Ana Bárbara’s Long Road to Her Second Grammy Nomination

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The first time Ana Bárbara was nominated for a Grammy was in 2006, for No Es Brujería in the Best Mexican/Mexico-American Album category. Although she did not win (the award went to Pepe Aguilar), Ana Bárbara, signed at that time to Fonovisa, represented one of the few successful women in grupera and ranchera music — an artist who, beyond having a powerful voice and bringing sex appeal to the stage, also wrote her own songs.

Now, almost 20 years later, Ana Bárbara (real name: Altagracia Ugalde Motta) has earned her second nod. Her exquisite Bordado a mano (Embroidered by hand) — which includes duets with Vicente Fernández, Christian Nodal, Paquita la del Barrio, Bronco and Cristian Castro — is nominated for Best Mexican Music Album (Including Tejano) at the Grammys, competing at the ceremony on Sunday (Feb. 4) against Peso Pluma and three female artists: Lila Downs, Lupita Infante and Flor de Toloache.

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In the group of nominees, Ana Bárbara is the pioneer, but she is still at the forefront. Bordado a mano is a work of art, but also of love and tenacity, recorded, produced and released by Ana Bárbara herself on her own label (Solos Music) with distribution by ONErpm. It took years to record, in part because it was logistically challenging to lock artists like Vicente Fernández (in his final collaboration before his death), and because Ana Bárbara paid for everything out of her own pocket.

The Mexican singer-songwriter — who this year celebrates the 30th anniversary of her first album, and who will be honored at Premio lo Nuestro on February 22 — spoke with Billboard about the meaning of the nomination at this stage of her life.

Your last Grammy nomination was 18 years ago. What are you most excited about this time?

Unlike the previous album, this one is completely independent. The last one included my songs but this one is also my production. And I am very proud of the work that was done, both with the songs and the teamwork, because it finally got to where it had to go, with a small, indie label. Solos Music is my label, and we are only five people. We’re small but we come through! [laughs]

ONErpm supports you with distribution and marketing, but this has been an independent job, and that’s difficult. Was it scary?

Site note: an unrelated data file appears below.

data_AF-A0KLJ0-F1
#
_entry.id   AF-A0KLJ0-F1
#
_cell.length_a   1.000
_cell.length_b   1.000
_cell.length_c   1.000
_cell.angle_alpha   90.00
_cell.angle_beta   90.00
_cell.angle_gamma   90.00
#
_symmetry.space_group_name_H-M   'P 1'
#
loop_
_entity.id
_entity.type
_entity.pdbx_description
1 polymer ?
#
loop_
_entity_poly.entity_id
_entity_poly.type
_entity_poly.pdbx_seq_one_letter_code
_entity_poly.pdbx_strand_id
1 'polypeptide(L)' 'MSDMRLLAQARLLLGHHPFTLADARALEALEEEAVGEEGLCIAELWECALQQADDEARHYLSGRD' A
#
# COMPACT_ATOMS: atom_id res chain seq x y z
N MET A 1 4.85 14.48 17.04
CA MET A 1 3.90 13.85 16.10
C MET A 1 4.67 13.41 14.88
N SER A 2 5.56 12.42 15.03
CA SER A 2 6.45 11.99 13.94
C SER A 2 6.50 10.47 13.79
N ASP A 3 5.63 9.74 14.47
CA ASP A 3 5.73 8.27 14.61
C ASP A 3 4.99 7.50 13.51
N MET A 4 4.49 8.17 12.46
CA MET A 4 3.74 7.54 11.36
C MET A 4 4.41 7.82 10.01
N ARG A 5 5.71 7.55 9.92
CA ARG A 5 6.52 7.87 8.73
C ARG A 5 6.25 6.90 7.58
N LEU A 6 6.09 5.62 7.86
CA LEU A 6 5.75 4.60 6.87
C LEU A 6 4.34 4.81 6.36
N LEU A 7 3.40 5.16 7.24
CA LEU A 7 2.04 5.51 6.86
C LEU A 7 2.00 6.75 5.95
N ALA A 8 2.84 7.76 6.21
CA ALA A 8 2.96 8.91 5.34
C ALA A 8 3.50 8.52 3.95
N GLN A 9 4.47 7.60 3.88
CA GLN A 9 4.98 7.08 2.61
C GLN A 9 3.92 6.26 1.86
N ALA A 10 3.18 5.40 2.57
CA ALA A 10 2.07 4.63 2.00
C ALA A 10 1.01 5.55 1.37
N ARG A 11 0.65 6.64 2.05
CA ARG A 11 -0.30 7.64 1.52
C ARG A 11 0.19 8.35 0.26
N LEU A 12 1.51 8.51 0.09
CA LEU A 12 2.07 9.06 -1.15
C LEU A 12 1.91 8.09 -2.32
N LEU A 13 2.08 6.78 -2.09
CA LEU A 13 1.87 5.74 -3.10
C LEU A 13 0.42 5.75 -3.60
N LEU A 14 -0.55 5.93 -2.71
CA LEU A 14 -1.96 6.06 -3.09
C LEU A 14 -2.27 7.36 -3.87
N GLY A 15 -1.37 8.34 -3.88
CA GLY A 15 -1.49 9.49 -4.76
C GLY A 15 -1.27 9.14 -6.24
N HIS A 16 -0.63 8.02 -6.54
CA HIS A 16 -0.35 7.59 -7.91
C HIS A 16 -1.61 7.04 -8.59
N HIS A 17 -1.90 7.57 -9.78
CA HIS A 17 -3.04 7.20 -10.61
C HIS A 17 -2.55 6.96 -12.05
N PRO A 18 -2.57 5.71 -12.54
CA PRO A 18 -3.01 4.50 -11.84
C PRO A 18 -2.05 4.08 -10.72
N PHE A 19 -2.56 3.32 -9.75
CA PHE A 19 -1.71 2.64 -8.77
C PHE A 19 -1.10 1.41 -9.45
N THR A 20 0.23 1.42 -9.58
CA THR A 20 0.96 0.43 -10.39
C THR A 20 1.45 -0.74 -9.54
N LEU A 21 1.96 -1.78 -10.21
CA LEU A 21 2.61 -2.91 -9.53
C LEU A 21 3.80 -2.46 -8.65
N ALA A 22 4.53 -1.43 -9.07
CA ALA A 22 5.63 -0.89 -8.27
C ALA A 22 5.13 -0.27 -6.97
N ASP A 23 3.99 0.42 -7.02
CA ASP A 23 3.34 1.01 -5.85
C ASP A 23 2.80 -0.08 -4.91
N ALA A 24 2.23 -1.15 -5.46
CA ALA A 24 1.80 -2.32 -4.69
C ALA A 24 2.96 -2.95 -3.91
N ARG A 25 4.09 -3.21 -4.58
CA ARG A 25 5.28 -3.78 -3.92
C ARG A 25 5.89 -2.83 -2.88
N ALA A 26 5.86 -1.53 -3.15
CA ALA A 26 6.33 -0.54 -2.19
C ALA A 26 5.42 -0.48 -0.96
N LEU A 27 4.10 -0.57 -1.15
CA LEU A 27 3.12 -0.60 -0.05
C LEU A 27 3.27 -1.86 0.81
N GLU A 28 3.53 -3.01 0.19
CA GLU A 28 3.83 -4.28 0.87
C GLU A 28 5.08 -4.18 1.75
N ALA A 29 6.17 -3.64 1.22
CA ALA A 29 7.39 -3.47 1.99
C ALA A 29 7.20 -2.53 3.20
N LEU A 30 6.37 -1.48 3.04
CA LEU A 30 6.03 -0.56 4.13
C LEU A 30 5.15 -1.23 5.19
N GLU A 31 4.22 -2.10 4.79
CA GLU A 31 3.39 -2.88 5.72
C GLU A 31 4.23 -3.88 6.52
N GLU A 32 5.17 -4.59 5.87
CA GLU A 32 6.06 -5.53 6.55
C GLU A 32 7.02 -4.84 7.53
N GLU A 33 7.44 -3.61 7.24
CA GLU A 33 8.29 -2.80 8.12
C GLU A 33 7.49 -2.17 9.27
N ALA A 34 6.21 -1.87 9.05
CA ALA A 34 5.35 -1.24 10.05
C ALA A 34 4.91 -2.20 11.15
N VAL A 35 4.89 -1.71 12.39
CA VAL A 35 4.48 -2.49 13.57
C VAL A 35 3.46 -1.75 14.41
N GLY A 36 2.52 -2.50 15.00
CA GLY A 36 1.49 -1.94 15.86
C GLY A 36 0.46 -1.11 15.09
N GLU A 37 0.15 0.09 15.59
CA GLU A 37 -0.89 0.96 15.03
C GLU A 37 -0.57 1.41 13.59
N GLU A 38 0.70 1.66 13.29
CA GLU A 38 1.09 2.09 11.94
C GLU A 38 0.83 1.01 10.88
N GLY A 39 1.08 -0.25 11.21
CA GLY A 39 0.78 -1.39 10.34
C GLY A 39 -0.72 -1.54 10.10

I can’t deny I was a little scared, because I didn’t know. I have to be honest. When Rose [manager Rosela Zavala] told me let’s go independent … she had a clear idea. But she was very honest and she told me, it’s a very difficult road, and it is. It is very expensive. I can tell you that it has cost me my life. If you ask me, was this a good deal, I’d say, “It’s a job that has given us something to eat.” We all have a family to support. But ultimately, as women, it was really about pride and strength and let’s go for it.

I’m not going to deny that it scared me at first, and it still scares me. Because although our goal was not to make the great business of our lives, we did say, “At what point are we going to start making money?” I tell you with great pride, I had to sell some of my assets at the beginning. I thought, if we’re going to do it, I’m putting everything into it.

It’s an album that took a long time…

Yes, and then came the pandemic. No no no. I was pulling my hair out. We were going crazy. But I believed. We already had the duet with Nodal, the duet with Paquita. It was already a reality. But all the promotion, the work, the album, the videos… doing all that as an independent [artist] is uphill, and for a woman, ten times more. Or twenty, to be honest.

Exactly how long ago was this album in the making?

I started working on it 11 years ago. The last album I released was Yo Soy La Mujer [in 2013]. The songs were written 11 years, 12 years ago. For example, the duet with Don Vicente, I dreamed it, I saw it, 11 years ago. He recorded it five years ago and the video was recorded before the pandemic. It’s been a long road.

Did you lose faith?

Actually, no. There were friends who told me, just record covers. But I wanted to leave my own legacy of my own songs. Yes, there were moments when I wanted to throw in the towel. For example, the duet with Cristian Castro, he said yes, then six months went by. It was all very complex, because there is art in each of [the guest artists], but they also lead complicated lives.

All your guests have long careers and legacy, except Christian Nodal. Why him?

Nodal is a great artist. I call him an old soul. But all the others are classics: Bronco is classic. Cristian Castro is the romantic balladeer, and he is one of my favorite balladeers. So I knew it was complex. When they’re established it takes a little more work to convince them.

You’re celebrating your anniversary this year, and you’re being honored at Premio Lo Nuestro. What else is coming?

I am celebrating 30 years of [my] recording career, which is easy to say, but the road has certainly been very difficult. We are preparing a symphonic album, basically the hits, with arrangements by maestro Eduardo Magallanes, who is one of my inspirations and did so much work for Juan Gabriel and Don Vicente. I also have duet and solo projects. It was hard enough to reach this milestone, so I’m going to celebrate with something special!

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